It’s early in the morning and I can’t sleep very well. I think I have Back-to-school jitters because it’s the first day of classes at BYU today. I get to teach two sections of Teachings of the Living Prophets and I’m so excited about that, but there’s always some anticipation and restlessness when it begins. As I lay in bed sleepless, I recalled an experience I had a couple weeks ago and felt like I should write it down before all the details elude me. I thought I should write it in my journal or something, but then I remembered I don’t have a journal. (I know, for shame.) Plus, the combination of my paltry blogging habits and the death of Google Reader in July has pretty much left me with a dozen readers who drop in occasionally to browse my archives. So to the few of you and my posterity when this blog eventually gets printed out in a pseudo-journal, here’s my story. It’s a cool one.
I taught at Education Week this year at BYU and it was a beautiful experience. Stressful, to be sure, but it stretched me in some important ways and reminded me how Heavenly Father can step in and do great things when we remember how much we need Him. On day two of teaching, I was still juggling all my preparation and nerves with all the responsibilities of getting my kids settled in to their first week of school. I was feeling overwhelmed but trying my best. I dropped them off at school, late again. Two for two so far. My gas light was on in the car and I had some serious doubts about whether I would make it to the school and back before I could hit the gas station. I rolled in on fumes and filled up and then headed to Provo, but even more behind schedule. I was just kind of in a wound-up state and my mind was busy with the frustrations and the obligations.
On my way down State Street, I moved into the left lane to turn towards Provo. On the right side of the road, I saw a man walking through the gas station parking lot with a gas can in his hand. Something about the way he was carrying himself made me think he had the weight of the world on his shoulders. My brain said, “you should go help that guy.” Now let me flash back a couple weeks when I was walking with my good friend and mentioned to her that one of the frustrating things about the world we live in is that sometimes it feels too dangerous to help people, especially as a woman. I might be driving along with my kids and see a man struggling in the rain, but the part of me who watches the news and wants to live says it’s just not wise for me to offer him a hand. The age of lodging strangers and picking up hitchhikers is past, you know. So when my brain told me to help him, I started rationalizing why that wouldn’t be a good idea. But the thought/feeling (let’s call a spade a spade: it was a prompting) came back, I felt a reassurance that it was okay and I would be safe. So I crossed the three lanes of traffic, pulled my car around into the parking lot, and pulled up to the surprised young man, now seated dejectedly on the grass by the road.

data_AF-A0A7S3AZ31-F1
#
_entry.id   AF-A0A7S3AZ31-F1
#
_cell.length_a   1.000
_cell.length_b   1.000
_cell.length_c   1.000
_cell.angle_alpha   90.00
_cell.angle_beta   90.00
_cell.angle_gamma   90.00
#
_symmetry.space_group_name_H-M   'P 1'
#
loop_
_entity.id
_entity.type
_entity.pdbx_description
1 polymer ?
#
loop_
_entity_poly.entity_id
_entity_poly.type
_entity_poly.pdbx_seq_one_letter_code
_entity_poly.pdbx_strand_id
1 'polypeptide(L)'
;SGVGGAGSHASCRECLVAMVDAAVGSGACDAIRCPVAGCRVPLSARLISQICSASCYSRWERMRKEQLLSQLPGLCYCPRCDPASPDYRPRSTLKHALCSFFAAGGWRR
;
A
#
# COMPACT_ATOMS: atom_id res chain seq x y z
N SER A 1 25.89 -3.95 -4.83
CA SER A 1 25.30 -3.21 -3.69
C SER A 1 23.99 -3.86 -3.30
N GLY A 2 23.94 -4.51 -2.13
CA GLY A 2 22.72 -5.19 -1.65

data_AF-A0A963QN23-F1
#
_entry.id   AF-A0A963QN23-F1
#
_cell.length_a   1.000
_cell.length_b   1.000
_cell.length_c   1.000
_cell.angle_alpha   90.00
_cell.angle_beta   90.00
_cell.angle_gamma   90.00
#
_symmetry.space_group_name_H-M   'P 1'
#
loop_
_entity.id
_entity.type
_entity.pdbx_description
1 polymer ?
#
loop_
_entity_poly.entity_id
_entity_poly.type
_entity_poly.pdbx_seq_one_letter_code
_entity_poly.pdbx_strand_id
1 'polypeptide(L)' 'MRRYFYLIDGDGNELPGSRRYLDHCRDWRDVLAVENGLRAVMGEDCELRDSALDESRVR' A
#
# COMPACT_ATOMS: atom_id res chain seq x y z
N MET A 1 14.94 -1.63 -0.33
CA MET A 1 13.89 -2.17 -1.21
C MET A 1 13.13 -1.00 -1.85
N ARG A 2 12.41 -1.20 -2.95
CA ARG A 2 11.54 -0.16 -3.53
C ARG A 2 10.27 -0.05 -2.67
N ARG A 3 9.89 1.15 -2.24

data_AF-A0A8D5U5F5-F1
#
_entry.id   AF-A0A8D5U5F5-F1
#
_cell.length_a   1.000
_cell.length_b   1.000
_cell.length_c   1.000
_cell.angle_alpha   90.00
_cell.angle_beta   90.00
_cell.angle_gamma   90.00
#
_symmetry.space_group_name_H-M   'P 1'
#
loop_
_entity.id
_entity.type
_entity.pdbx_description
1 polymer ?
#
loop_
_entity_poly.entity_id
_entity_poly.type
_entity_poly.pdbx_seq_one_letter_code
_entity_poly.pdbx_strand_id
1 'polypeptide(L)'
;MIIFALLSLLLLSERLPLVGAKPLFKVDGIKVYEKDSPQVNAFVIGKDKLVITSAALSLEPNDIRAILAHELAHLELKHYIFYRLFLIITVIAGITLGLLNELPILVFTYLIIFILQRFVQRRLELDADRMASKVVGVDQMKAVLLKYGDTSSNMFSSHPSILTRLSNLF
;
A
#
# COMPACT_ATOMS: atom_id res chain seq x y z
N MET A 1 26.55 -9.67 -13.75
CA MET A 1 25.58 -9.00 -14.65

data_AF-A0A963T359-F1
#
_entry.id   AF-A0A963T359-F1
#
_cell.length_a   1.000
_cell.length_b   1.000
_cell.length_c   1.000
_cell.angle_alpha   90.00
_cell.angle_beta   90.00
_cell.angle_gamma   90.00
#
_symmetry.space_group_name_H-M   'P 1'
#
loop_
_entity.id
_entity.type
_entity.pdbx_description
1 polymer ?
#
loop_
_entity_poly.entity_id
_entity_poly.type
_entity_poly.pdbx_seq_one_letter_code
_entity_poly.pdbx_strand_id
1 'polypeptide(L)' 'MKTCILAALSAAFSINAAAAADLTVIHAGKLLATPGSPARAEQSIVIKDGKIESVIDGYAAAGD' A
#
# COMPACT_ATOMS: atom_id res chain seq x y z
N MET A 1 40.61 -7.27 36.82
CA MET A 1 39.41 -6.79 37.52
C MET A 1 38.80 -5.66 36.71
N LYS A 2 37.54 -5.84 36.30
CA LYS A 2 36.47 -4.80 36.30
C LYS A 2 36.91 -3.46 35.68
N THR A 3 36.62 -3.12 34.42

I rolled down my window. “Do you need any help?”
He just looked at me with some confusion, and mumbled, “No. I’m fine.” He was dressed in a mechanic’s jumpsuit and I’m guessing he was in his mid-twenties. He struck me as shy or soft-spoken.
“Are you sure?,” I asked. “You have a gas can in your hand. Do you need some gas?”
Still looking down, he shook his head no, and then said, “Well, I do, but I don’t have any money.”
Relieved that this was a very fixable problem, I told him, “Let me get you some gas.” He looked up with disbelief. “What?”
“Come on over to the pump and let me get you some gas. Meet me over there.” I pulled the car around. I watched him walk over to meet me, but he was incredulous. “Are you sure about this?” “Of course,” and I swiped my debit card and handed him the pump, “Here. Fill it all the way up.” He bent down to the ground and sat silently while the empty can took a drink. In my mind, I wished I had some cash to offer him so he could fill up his tank once he got back to the car, but I didn’t. I never have cash; I’m a mess. As he finished up, I heard myself offer him a ride to his car, but he declined. He screwed on the lid, and still without looking up, he said, “Thanks.”
“You’re welcome,” I said, “God told me stop, so He must have been thinking about you.” It just came out like that. There was a long pause, and then he spoke up, “Can I ask you a question?” Of course.
I don’t know what I expected him to say. Maybe “Did God really ask you to stop?” or “Why would you do that?,” but his actual question took me by surprise.
He asked quietly, “Do you think people can change?”
Another pause. “Okay. Thanks.”
“You’re welcome.” And with that, he carried his gas can back across the parking lot, and I turned to my car. As I walked around the back and climbed into the driver’s seat, I felt the Spirit wash over me and I just knew I’d done something important. I climbed in, shut the door, and thought to myself, “Whoa. I just had a President Monson moment!”